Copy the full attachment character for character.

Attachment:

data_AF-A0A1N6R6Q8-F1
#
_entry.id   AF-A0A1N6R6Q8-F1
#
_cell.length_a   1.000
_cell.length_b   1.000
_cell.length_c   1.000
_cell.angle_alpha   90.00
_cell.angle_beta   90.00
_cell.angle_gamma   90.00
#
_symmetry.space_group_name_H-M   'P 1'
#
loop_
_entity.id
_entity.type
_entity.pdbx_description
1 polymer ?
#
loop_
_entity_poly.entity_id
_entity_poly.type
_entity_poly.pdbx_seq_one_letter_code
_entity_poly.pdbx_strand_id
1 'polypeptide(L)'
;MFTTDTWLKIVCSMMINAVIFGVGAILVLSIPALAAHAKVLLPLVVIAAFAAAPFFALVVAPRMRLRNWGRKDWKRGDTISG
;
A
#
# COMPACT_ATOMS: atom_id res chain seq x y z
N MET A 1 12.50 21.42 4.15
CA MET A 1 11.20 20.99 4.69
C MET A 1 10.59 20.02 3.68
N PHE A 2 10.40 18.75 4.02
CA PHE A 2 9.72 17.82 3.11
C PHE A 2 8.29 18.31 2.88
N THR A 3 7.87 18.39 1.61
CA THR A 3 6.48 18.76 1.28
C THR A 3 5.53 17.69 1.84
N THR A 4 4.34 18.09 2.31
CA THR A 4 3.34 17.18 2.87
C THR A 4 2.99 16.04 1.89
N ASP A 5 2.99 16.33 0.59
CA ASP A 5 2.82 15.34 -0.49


data_AF-A0A1N6R6Q8-F1
#
_entry.id   AF-A0A1N6R6Q8-F1
#
_cell.length_a   1.000
_cell.length_b   1.000
_cell.length_c   1.000
_cell.angle_alpha   90.00
_cell.angle_beta   90.00
_cell.angle_gamma   90.00
#
_symmetry.space_group_name_H-M   'P 1'
#
loop_
_entity.id
_entity.type
_entity.pdbx_description
1 polymer ?
#
loop_
_entity_poly.entity_id
_entity_poly.type
_entity_poly.pdbx_seq_one_letter_code
_entity_poly.pdbx_strand_id
1 'polypeptide(L)'
;MFTTDTWLKIVCSMMINAVIFGVGAILVLSIPALAAHAKVLLPLVVIAAFAAAPFFALVVAPRMRLRNWGRKDWKRGDTISG
;
A
#
# COMPACT_ATOMS: atom_id res chain seq x y z
N MET A 1 12.50 21.42 4.15
CA MET A 1 11.20 20.99 4.69
C MET A 1 10.59 20.02 3.68
N PHE A 2 10.40 18.75 4.02
CA PHE A 2 9.72 17.82 3.11
C PHE A 2 8.29 18.31 2.88
N THR A 3 7.87 18.39 1.61
CA THR A 3 6.48 18.76 1.28
C THR A 3 5.53 17.69 1.84
N THR A 4 4.34 18.09 2.31
CA THR A 4 3.34 17.18 2.87
C THR A 4 2.99 16.04 1.89
N ASP A 5 2.99 16.33 0.59
CA ASP A 5 2.82 15.34 -0.49